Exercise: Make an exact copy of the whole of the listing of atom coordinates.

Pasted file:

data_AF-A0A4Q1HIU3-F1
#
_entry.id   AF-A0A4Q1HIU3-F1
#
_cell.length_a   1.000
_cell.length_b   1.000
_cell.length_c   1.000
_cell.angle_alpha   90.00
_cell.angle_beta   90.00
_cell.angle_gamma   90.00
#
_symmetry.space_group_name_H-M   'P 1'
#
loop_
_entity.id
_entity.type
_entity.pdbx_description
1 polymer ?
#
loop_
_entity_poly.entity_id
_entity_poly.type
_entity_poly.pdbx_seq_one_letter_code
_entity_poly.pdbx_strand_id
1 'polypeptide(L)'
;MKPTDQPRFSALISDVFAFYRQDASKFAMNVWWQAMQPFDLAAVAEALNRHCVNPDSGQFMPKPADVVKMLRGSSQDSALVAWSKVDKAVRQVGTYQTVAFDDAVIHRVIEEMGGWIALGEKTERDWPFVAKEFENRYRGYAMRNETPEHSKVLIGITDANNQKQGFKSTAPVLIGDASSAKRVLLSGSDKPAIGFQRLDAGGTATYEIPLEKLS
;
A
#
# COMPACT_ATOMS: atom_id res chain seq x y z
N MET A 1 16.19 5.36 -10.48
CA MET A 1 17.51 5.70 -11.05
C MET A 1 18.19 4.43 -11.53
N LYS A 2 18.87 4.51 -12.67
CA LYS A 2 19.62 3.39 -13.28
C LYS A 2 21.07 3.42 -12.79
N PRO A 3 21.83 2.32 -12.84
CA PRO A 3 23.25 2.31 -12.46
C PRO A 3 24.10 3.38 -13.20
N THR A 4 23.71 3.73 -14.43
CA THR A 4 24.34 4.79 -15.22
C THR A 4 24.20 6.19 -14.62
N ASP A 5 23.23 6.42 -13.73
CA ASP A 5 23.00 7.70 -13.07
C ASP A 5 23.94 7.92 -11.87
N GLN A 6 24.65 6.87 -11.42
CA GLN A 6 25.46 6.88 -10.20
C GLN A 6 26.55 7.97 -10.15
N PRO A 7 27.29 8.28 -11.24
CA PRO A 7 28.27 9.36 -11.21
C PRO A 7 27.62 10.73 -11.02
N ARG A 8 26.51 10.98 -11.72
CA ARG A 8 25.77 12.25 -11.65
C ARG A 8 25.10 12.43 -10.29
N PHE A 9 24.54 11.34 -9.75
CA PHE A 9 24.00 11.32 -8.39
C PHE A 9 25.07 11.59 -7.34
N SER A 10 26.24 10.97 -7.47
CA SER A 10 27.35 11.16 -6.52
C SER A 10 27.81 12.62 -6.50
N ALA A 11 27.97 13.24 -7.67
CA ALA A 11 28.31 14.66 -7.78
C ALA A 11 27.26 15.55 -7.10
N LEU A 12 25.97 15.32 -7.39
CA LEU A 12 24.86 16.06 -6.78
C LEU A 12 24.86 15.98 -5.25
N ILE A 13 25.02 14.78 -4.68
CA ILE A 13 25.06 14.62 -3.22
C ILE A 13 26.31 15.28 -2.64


data_AF-A0A4Q1HIU3-F1
#
_entry.id   AF-A0A4Q1HIU3-F1
#
_cell.length_a   1.000
_cell.length_b   1.000
_cell.length_c   1.000
_cell.angle_alpha   90.00
_cell.angle_beta   90.00
_cell.angle_gamma   90.00
#
_symmetry.space_group_name_H-M   'P 1'
#
loop_
_entity.id
_entity.type
_entity.pdbx_description
1 polymer ?
#
loop_
_entity_poly.entity_id
_entity_poly.type
_entity_poly.pdbx_seq_one_letter_code
_entity_poly.pdbx_strand_id
1 'polypeptide(L)'
;MKPTDQPRFSALISDVFAFYRQDASKFAMNVWWQAMQPFDLAAVAEALNRHCVNPDSGQFMPKPADVVKMLRGSSQDSALVAWSKVDKAVRQVGTYQTVAFDDAVIHRVIEEMGGWIALGEKTERDWPFVAKEFENRYRGYAMRNETPEHSKVLIGITDANNQKQGFKSTAPVLIGDASSAKRVLLSGSDKPAIGFQRLDAGGTATYEIPLEKLS
;
A
#
# COMPACT_ATOMS: atom_id res chain seq x y z
N MET A 1 16.19 5.36 -10.48
CA MET A 1 17.51 5.70 -11.05
C MET A 1 18.19 4.43 -11.53
N LYS A 2 18.87 4.51 -12.67
CA LYS A 2 19.62 3.39 -13.28
C LYS A 2 21.07 3.42 -12.79
N PRO A 3 21.83 2.32 -12.84
CA PRO A 3 23.25 2.31 -12.46
C PRO A 3 24.10 3.38 -13.20
N THR A 4 23.71 3.73 -14.43
CA THR A 4 24.34 4.79 -15.22
C THR A 4 24.20 6.19 -14.62
N ASP A 5 23.23 6.42 -13.73
CA ASP A 5 23.00 7.70 -13.07
C ASP A 5 23.94 7.92 -11.87
N GLN A 6 24.65 6.87 -11.42
CA GLN A 6 25.46 6.88 -10.20
C GLN A 6 26.55 7.97 -10.15
N PRO A 7 27.29 8.28 -11.24
CA PRO A 7 28.27 9.36 -11.21
C PRO A 7 27.62 10.73 -11.02
N ARG A 8 26.51 10.98 -11.72
CA ARG A 8 25.77 12.25 -11.65
C ARG A 8 25.10 12.43 -10.29
N PHE A 9 24.54 11.34 -9.75
CA PHE A 9 24.00 11.32 -8.39
C PHE A 9 25.07 11.59 -7.34
N SER A 10 26.24 10.97 -7.47
CA SER A 10 27.35 11.16 -6.52
C SER A 10 27.81 12.62 -6.50
N ALA A 11 27.97 13.24 -7.67
CA ALA A 11 28.31 14.66 -7.78
C ALA A 11 27.26 15.55 -7.10
N LEU A 12 25.97 15.32 -7.39
CA LEU A 12 24.86 16.06 -6.78
C LEU A 12 24.86 15.98 -5.25
N ILE A 13 25.02 14.78 -4.68
CA ILE A 13 25.06 14.62 -3.22
C ILE A 13 26.31 15.28 -2.64